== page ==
A study into Sydney’s toll system found high tolls were forcing trucks to cross suburban roads as trucking companies tried to avoid paying them.
- Sydney is Australia, possibly the world’s most expensive toll city, study finds
- Representatives of Peak Motoring and the trucking company provided various solutions to this inquiry.
- Hearings continue tomorrow in Western Sydney
The independent panel, commissioned by the New South Wales Labor Government to consider ways to make toll roads simpler and fairer in Australia’s city with the most toll roads, held two days of hearings in Parramatta on Wednesday. held the eye.
Australian Logistics Council Chief Executive Hermione Parsons told the study that toll roads “won’t work for the freight industry” because of cost, efficiency and productivity issues.
“Cost has increased [of tolls] Reduced productivity is forcing cargo to return to the secondary road network,” she said.
“The carrier shall [toll] The viability of the industry is threatened because it costs customers. ”
Trucks take up more space on the road than cars, weigh more and are more likely to break down, which makes toll roads more expensive.
Dr. Parsons described one example of how the introduction of a new toll road in Sydney increased a carrier’s toll bill from $5.5 million to $7 million in one year.
“It’s too expensive,” she said.
“Traveling $35 when you could probably save two minutes just means it’s not worth it.”
Dr. Parsons said “unnecessary” curfews implemented by some local councils that affect when trucks can travel on certain roads also often force them to travel on suburban roads during peak hours. said to be contributing to the problem.
“The curfew is very disturbing,” she says.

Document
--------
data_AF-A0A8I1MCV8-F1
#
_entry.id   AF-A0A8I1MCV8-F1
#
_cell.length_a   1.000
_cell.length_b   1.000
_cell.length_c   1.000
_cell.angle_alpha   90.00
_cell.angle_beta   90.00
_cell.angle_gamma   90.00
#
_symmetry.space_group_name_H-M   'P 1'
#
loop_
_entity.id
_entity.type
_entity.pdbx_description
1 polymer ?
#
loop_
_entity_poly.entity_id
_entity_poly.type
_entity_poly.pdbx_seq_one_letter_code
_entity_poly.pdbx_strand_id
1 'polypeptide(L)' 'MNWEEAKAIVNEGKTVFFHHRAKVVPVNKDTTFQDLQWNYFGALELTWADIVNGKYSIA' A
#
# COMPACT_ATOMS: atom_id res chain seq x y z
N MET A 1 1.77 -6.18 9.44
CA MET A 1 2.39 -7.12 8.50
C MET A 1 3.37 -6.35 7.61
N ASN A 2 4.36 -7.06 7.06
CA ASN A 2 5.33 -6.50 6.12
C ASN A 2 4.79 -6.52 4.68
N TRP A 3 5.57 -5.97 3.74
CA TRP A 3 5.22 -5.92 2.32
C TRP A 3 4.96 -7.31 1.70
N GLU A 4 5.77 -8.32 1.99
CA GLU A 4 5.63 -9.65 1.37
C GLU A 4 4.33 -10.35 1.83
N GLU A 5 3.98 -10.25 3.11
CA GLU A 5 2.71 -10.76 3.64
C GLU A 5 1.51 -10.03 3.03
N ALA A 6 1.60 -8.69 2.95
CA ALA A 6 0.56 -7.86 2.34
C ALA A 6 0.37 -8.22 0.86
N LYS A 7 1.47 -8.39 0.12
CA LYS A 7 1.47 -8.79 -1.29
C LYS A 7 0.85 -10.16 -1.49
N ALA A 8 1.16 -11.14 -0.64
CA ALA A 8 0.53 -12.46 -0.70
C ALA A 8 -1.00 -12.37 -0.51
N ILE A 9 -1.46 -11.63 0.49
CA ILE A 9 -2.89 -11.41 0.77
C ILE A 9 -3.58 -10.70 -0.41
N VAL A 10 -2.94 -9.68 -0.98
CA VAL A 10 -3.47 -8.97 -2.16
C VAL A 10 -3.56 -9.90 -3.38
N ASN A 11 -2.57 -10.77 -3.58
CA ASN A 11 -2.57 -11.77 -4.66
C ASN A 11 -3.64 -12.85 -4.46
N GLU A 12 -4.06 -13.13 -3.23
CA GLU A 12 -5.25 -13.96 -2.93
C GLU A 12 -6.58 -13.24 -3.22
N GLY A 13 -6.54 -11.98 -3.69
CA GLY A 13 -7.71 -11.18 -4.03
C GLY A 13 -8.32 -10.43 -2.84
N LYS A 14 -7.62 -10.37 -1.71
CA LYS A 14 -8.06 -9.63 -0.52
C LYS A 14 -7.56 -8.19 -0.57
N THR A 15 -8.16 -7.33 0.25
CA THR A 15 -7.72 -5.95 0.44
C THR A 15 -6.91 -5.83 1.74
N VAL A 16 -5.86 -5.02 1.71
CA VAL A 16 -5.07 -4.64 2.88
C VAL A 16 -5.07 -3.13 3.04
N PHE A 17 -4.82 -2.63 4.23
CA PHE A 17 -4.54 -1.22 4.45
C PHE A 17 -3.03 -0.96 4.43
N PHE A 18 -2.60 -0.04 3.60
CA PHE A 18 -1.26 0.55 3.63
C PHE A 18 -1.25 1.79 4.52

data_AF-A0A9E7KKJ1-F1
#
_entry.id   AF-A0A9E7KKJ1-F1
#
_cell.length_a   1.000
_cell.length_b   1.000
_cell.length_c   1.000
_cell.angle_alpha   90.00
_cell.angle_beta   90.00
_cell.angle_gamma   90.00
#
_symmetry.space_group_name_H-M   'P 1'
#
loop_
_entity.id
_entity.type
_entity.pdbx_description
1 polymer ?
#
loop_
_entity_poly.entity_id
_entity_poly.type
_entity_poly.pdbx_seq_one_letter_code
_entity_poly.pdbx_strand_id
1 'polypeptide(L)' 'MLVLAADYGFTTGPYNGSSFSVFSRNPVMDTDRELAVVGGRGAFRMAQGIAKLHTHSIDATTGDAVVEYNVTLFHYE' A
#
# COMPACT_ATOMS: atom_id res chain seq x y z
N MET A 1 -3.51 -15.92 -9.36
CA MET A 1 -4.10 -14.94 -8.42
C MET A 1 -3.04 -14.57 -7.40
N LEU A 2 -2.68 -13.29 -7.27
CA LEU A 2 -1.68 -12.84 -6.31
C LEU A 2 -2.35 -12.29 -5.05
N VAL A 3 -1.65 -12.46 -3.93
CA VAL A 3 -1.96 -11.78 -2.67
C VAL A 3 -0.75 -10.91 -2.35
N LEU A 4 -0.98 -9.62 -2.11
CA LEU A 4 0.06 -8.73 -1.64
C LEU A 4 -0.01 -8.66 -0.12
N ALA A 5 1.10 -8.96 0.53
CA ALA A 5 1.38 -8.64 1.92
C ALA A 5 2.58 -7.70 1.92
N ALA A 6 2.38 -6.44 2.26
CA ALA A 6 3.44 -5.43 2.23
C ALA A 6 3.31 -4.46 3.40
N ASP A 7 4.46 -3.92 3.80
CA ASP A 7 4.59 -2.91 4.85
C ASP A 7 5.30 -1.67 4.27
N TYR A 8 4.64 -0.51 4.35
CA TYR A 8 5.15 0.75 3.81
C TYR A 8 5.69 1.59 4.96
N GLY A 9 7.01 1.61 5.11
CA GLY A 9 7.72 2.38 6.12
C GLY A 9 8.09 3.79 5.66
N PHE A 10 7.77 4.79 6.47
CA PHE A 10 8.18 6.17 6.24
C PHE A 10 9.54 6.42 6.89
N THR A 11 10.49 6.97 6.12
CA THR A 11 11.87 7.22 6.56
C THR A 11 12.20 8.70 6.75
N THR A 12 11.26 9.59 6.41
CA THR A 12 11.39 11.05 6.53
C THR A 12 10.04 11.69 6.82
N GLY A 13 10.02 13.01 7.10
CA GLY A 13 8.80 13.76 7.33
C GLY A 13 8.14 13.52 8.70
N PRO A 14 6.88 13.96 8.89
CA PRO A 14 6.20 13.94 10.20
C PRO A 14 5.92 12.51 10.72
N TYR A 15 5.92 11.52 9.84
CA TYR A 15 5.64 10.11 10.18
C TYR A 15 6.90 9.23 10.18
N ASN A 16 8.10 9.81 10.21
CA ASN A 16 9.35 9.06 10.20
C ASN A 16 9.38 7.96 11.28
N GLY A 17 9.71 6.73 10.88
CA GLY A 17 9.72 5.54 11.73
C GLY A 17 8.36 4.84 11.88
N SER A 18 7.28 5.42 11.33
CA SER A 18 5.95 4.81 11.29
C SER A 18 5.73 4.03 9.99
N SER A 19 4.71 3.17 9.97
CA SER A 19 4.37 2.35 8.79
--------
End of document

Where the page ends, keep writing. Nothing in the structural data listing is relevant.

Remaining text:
“Truck not available” [toll] It’s not commercially viable, so they use back roads. ”
He advocated several measures to reform the system, including removing curfews, introducing freight lanes on toll roads, and offering “time of day” discounts for drivers to use the roads during off-peak hours. method was recommended.
“Australia’s Busiest City”
The review is led by Alan Fels AO, former Chairman of the Australian Competition and Consumer Commission, and David Cousins AM, former Chairman of the Price Watch Authority.
Professor Fels said tolls have become “more prevalent” in recent years.
“Sydney is the most expensive capital city in Australia and probably the world,” he said.
“Toll roads are getting more and more expensive at a time when inflation is high and the cost of living is rising.”
The survey also consulted representatives of the automotive trade association NRMA, who said motorists in Western Sydney felt they were “most disadvantaged” by toll roads.
“With the current pricing system, [NRMA] Western Sydney members in particular are more willing to avoid toll roads than other regions,” said NRMA Senior Manager Sam Giddings.
“Increased transparency on pricing terms and independent oversight of concessions would improve public knowledge and confidence.”
The review explores a range of options, including moving all highways to a common toll structure, a system of geographic highway zones, and time-of-day pricing.
The New South Wales Government plans to introduce a $60 weekly cap on private vehicle tolls from January 2024.
The plan will run for two years and will cost $147 million.
Transurban owns or owns CrossCity Tunnels, Eastern Distributor, Lane Cove Tunnels, M2, M5 East, M5 Southwest, WestConnex, NorthConnex and M7.
These highways will remain in concession until at least 2035. For WestConnex, the concession runs him through 2060.
The survey sought input from highway operators, local councils and the general public.
About 300 submissions have been received online, and the final day of hearings is scheduled to be held in Penrith on Thursday.
The review is expected to be completed in 2024, when Prof. Fels and Dr. Cousins will submit their final report to the New South Wales government.
https://www.abc.net.au/news/2023-07-12/nsw-tolls-inquiry-trucks-forced-onto-suburban-streets/102592974 Rising road tolls are forcing heavy trucks to cross suburban roads, an independent study finds